DAP MP offers to raise funds for CID chief’s Aussie trip to regain seized cash

BY YISWAREE PALANSAMY
Kulai MP Teo Nie Ching has volunteered to help Datuk Seri Wan Ahmad Najmuddin Mohd fund his trip to Australia to regain his seized cash. ― Picture by Yusof Mat Isa

KUALA LUMPUR, March 7 ― Kulai MP Teo Nie Ching volunteered today to help a senior policeman fund his trip to Australia and legal battle to take back his impounded money.

However, the DAP lawmaker wants Bukit Aman Criminal Investigation Department chief Datuk Seri Wan Ahmad Najmuddin Mohd to declare his assets publicly to show he is financially-strapped as said.

“If cost is indeed the problem, I volunteer to do crowdfunding for him, to aid him to travel to Australia and engage the lawyer friend of Nadeswaran to retrieve his hard-earned dollars, on condition that he declares his asset publicly to prove that he really can't afford the legal action,” she told a press conference outside the Dewan Rakyat here.

Teo was referring to journalist R. Nadeswaran, who was yesterday reported to have offered Wan Ahmad the services of a Melbourne-based lawyer friend to recoup some A$320,000 (RM970,000) frozen in the policeman’s Australian bank accounts.

According to Nadeswaran, the policeman would not have to pay any money if he loses in court there as the Australian legal system allows a “no win, no charge” arrangement.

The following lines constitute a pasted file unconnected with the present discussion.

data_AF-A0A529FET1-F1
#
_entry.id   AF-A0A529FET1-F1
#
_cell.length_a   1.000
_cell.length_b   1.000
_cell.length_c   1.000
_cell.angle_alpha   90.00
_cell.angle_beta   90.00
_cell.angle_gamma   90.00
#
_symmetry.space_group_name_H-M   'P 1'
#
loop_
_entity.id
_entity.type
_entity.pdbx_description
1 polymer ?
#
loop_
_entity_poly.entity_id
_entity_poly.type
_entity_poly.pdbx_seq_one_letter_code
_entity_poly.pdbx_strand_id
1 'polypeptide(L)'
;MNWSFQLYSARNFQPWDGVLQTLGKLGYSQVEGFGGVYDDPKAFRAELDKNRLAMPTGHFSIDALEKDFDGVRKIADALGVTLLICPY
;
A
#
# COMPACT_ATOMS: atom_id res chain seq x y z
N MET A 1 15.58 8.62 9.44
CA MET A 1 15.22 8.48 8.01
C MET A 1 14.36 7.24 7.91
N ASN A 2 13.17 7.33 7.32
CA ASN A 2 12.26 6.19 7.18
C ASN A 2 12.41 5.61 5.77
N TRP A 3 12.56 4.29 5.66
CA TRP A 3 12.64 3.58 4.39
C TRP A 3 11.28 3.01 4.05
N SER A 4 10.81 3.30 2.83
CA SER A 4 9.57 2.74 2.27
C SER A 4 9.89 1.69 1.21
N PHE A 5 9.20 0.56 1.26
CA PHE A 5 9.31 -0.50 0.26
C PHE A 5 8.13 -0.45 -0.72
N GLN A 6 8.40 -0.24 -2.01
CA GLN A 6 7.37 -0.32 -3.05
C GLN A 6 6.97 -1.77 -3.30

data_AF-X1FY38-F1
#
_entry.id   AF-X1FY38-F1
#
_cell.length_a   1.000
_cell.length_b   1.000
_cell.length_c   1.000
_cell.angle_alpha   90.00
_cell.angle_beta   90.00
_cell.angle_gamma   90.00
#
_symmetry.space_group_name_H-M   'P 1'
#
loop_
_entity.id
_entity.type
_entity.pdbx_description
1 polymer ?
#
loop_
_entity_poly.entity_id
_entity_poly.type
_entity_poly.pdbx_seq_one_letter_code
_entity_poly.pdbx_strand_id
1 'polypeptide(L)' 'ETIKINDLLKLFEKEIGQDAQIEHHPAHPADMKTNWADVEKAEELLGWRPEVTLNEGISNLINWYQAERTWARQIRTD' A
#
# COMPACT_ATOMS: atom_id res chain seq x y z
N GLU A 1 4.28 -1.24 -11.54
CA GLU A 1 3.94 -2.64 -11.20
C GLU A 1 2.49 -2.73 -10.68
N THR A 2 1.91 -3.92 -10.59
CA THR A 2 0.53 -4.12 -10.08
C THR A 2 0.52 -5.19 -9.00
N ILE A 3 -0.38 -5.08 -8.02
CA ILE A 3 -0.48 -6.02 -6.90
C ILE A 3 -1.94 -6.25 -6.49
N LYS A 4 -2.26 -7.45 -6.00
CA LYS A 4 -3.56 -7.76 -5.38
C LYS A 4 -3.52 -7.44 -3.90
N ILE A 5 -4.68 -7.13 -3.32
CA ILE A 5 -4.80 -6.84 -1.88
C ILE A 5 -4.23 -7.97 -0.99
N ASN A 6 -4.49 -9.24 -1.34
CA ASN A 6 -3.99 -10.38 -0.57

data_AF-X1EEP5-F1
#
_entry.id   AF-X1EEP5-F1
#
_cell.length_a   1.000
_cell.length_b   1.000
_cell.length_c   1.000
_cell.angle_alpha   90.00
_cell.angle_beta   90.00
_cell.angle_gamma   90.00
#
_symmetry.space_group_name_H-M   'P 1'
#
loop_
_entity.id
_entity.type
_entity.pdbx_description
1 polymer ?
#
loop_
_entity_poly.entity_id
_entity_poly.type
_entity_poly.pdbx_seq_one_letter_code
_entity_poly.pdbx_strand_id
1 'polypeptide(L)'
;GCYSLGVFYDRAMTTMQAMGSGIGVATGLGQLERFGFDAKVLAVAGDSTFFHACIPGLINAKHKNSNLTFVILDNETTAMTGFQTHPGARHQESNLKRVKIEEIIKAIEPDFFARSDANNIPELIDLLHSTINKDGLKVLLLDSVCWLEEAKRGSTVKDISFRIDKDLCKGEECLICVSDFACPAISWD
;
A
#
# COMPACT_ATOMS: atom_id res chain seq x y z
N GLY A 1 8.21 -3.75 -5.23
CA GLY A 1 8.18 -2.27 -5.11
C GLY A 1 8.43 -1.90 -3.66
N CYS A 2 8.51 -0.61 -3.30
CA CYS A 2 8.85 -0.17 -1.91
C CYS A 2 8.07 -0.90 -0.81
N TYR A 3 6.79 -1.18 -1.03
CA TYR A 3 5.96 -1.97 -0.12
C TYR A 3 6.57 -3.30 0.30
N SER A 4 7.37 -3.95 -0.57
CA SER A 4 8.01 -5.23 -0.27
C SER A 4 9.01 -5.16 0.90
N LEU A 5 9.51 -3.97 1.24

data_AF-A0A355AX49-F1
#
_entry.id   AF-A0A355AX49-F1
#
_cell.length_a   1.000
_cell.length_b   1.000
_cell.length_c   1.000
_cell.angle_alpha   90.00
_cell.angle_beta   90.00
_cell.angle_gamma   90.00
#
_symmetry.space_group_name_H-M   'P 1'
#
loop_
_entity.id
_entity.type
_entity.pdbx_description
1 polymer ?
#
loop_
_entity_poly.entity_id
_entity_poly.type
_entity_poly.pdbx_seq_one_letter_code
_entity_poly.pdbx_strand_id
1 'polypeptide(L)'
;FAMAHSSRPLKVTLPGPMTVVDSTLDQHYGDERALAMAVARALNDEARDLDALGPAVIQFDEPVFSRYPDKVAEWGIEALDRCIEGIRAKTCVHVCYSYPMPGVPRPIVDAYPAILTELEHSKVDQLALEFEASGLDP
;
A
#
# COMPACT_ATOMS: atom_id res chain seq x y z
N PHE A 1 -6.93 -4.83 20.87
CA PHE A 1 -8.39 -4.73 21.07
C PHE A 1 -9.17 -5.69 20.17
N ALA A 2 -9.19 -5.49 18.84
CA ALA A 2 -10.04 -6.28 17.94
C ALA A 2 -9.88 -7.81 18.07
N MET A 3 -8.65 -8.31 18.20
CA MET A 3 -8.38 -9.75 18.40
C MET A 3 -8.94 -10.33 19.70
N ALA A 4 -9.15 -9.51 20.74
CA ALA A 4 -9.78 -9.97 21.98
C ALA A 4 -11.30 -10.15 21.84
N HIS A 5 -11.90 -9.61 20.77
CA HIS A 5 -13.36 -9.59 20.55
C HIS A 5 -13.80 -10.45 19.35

Teo said she was offering her help because Wan Ahmad had said the money in his Australian account was meant for his children’s education there.

“Now the money is being frozen, so how are his children going to continue their study in Australia?” she questioned.

The Australian Federal Police had been reported to have frozen Wan Ahmad’s money kept in a Commonwealth Bank “Goal Saver” bank account after a “flurry of suspicious cash deposits”, all under the A$10,000 limit that would have triggered mandatory reporting under the country’s laws against money laundering.

Wan Ahmad was initially reported to have said that he does not intend to mount a legal challenge to retrieve the money, citing costly court proceedings in Australia.

But yesterday, Inspector-General of Police Mohamad Fuzi Harun said the CID chief fully intends to reclaim his frozen money and will decide whether or not to repatriate the cash, which was said to be the proceeds from selling a RM700,000 property in Shah Alam, Selangor.